The presentations are a snapshot into some of the innovative projects happening in the sector. The panel discussion at the end of the forum was a terrific debate as to where the sector is going. It questioned whether institutions should become broadcasters or whether their role should remain as collectors and preservers of history. This is an issue the National Film and Sound Archive now faces as it relaunches its website Australian Screen Online. Allsorts Online 09 was hosted in collaboration with the State Library of South Australia and the Australian Network for Art and Technology (ANAT). Here are some photos on Flickr of the event. State Library of NSW’s Ellen Forsyth uses Twitter as a note-taking device. The Twitter hashtag for the forum was #Allsorts09.
AusStage: Collective Intelligence and Data Visualisation for Performing Arts eResearch
Dr Jonathan Bollen: Senior Lecturer, School of Humanities, Flinders University
AusStage is the Australian hub for research on live performance, linking researchers in universities, industry and government. It stimulates smart information use, promotes collaboration on innovative methodologies, and integrates access to collections. AusStage is extending its infrastructure to harness collective intelligence, to visualise the knowledge embedded in the AusStage database, and to deliver next-generation tools and services for information analysis, while continuing to populate the database with comprehensive coverage of live performance in Australia.
Jonathan plays a leading role in coordinating research for the AusStage project, with particular interests in data visualisation. He is co-author of Men at Play: Masculinities in Australian Theatre since the 1950s (with Adrian Kiernander and Bruce Parr, Rodopi 2008). His research on gender, sexuality and performance has been published in The Drama Review, Social Semiotics and Australasian Drama Studies.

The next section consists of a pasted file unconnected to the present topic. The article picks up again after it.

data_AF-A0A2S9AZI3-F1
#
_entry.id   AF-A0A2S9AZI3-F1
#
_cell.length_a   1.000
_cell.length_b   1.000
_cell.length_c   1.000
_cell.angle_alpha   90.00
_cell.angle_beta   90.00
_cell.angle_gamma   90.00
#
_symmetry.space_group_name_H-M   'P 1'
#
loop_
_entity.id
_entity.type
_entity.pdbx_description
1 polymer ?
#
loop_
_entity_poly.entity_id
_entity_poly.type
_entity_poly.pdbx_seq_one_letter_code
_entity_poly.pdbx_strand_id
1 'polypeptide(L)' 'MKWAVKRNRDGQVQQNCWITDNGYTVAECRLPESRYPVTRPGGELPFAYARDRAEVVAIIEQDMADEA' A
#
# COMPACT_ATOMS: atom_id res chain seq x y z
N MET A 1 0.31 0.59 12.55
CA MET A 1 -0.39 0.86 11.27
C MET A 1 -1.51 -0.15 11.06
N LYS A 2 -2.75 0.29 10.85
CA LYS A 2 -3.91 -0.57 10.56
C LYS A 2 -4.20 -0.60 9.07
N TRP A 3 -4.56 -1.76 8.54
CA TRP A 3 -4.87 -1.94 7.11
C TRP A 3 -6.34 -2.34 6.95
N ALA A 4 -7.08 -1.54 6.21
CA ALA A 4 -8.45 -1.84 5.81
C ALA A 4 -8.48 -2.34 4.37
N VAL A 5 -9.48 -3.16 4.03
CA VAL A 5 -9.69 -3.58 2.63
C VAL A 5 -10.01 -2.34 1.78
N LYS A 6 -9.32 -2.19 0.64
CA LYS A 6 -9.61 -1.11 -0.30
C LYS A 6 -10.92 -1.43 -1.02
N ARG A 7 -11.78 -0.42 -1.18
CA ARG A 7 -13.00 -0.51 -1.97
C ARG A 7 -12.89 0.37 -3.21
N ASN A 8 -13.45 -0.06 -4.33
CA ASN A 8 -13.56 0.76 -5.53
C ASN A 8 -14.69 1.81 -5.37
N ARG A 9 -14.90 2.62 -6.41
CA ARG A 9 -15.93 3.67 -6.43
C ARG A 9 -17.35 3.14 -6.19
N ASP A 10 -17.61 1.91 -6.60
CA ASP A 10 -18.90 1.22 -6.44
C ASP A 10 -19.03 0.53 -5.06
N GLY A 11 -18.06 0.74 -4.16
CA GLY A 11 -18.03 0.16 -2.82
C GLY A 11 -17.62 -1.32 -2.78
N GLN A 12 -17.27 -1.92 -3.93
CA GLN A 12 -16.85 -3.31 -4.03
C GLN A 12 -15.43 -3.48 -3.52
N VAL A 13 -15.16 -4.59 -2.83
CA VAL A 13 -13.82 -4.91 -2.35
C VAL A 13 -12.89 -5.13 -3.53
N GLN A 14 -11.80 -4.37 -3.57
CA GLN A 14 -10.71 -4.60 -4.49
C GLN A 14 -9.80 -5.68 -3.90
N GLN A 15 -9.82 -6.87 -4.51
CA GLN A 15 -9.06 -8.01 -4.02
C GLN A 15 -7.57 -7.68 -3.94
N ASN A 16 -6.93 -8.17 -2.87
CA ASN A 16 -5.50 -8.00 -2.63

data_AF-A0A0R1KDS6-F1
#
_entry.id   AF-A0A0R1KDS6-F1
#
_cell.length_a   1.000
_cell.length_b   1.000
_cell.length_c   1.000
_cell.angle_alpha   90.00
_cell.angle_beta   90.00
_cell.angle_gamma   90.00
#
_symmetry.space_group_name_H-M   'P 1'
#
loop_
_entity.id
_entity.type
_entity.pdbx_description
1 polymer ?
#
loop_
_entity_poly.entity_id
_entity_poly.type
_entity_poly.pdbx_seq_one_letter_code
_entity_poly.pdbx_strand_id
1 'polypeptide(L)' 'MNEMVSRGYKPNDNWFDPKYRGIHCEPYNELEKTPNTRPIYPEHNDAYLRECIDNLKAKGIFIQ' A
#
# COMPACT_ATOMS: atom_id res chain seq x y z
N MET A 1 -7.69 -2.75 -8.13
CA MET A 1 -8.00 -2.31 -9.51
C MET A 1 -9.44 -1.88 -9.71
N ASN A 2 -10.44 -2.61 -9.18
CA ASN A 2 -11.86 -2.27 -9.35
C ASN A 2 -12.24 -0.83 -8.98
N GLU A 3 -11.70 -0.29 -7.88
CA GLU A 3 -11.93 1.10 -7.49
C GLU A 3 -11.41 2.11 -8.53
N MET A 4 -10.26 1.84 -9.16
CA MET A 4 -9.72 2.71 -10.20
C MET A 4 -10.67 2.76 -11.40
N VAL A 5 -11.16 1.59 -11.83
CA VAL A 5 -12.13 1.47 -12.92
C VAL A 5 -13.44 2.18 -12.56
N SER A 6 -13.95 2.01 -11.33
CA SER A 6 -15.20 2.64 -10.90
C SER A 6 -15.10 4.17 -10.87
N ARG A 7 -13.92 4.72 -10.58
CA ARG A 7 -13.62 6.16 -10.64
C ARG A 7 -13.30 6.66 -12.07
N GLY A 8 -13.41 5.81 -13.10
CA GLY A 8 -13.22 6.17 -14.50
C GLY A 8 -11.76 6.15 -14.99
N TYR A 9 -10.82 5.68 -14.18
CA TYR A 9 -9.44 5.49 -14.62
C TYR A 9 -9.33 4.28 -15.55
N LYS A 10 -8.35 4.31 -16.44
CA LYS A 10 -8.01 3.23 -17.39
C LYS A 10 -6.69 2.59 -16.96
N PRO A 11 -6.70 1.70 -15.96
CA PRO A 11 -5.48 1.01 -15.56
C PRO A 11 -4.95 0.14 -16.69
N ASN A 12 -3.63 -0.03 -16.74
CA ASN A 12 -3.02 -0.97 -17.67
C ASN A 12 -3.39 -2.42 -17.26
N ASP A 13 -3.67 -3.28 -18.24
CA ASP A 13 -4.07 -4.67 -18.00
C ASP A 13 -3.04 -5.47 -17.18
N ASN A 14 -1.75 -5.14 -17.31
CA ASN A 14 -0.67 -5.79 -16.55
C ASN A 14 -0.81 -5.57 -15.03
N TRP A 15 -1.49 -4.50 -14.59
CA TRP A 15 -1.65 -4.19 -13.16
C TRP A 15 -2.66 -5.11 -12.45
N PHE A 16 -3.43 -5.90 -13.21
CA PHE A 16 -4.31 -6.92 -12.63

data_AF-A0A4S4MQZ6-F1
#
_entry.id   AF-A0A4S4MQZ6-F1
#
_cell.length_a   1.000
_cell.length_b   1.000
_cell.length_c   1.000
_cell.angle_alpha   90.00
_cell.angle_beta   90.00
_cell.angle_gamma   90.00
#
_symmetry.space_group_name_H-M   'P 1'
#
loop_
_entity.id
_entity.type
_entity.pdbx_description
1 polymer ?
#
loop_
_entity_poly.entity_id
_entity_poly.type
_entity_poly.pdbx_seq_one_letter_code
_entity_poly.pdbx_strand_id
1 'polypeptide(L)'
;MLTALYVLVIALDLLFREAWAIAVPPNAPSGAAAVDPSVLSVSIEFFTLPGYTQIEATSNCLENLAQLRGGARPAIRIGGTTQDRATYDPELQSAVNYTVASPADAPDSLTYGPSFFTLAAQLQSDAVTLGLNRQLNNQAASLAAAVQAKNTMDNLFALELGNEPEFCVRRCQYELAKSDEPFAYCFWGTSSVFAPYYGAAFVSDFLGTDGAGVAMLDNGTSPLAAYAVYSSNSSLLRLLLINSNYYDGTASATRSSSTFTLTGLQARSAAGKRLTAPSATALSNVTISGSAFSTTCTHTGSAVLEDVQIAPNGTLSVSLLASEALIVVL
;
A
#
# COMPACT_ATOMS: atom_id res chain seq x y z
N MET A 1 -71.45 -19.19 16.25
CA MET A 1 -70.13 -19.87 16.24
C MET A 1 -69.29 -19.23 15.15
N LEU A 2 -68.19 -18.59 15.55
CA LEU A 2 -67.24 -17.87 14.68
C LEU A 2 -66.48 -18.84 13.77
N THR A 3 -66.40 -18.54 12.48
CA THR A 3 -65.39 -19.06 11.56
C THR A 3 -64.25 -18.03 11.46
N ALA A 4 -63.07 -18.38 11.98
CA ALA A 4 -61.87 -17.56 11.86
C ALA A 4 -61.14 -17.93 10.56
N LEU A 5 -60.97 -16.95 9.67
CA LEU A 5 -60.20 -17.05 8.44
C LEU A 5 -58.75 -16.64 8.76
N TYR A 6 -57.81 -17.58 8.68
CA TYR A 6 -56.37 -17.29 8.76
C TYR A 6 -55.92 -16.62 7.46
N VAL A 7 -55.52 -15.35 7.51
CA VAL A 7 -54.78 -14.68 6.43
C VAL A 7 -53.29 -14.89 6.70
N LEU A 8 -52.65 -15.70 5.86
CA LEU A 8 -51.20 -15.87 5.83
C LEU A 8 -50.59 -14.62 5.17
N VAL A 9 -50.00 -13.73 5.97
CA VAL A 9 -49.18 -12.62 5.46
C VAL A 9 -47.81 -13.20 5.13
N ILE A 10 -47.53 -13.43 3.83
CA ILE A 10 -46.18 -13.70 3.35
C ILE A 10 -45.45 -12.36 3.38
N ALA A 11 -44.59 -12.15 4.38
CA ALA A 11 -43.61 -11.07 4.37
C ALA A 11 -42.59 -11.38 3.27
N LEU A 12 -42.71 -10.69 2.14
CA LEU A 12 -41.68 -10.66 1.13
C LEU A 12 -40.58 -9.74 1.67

Gavin Artz, CEO, Australian Network for Arts and Technology (ANAT)
Gavin Artz’s experience in business management ranges from multi-national companies, to not-forprofit community organisations. His diverse background spans arts and commerce – with a BA in Politics; Double Bass and Composition Studies at the Sydney Conservatorium of Music; a Graduate Certificate in Business Management; and he is now completing his MBA. After working as a professional musician for many years, Gavin is currently pursuing creativity in business management with a focus on governance and strategy.
Digital Storytelling: Storylines – Q150 Digital Stories
Gavin Bannerman: Oral History and Digital Storytelling Coordinator, State Library of Queensland
Storylines is the State Library of Queensland’s digital storytelling project to capture the people, places and events that make up Queensland in its 150th year. Hear about the challenges of interviewing aboard moving steam trains, trying to contact travelling hairdressers in Cape York and making the outcomes accessible to the public.
Gavin has commissioned, created, acquired, registered, documented and made accessible oral histories and digital stories that relate to SLQ’s strategic objective of capturing “Queensland Memory.” Gavin is trained as an archivist, receiving a Graduate Diploma in Records Management and Archives from Curtin University. He has been involved with arranging and describing archival material, training cultural organisation staff in image digitisation, and consulting with Aboriginal and Torres Strait Islander communities regarding cultural clearance for images in SLQ’s collection.
Open Access: Conquering Copyright
Jessica Coates, Project Manager, Creative Commons Australia and the Creative Commons Clinic, Queensland University of Technology
Navigating the ins and out of copyright law can often be the most costly and difficult part of providing open access to a collection. Jessica will talk about what can and is being done by collecting institutions worldwide to share their collections and engage with audiences in the digital era – legally.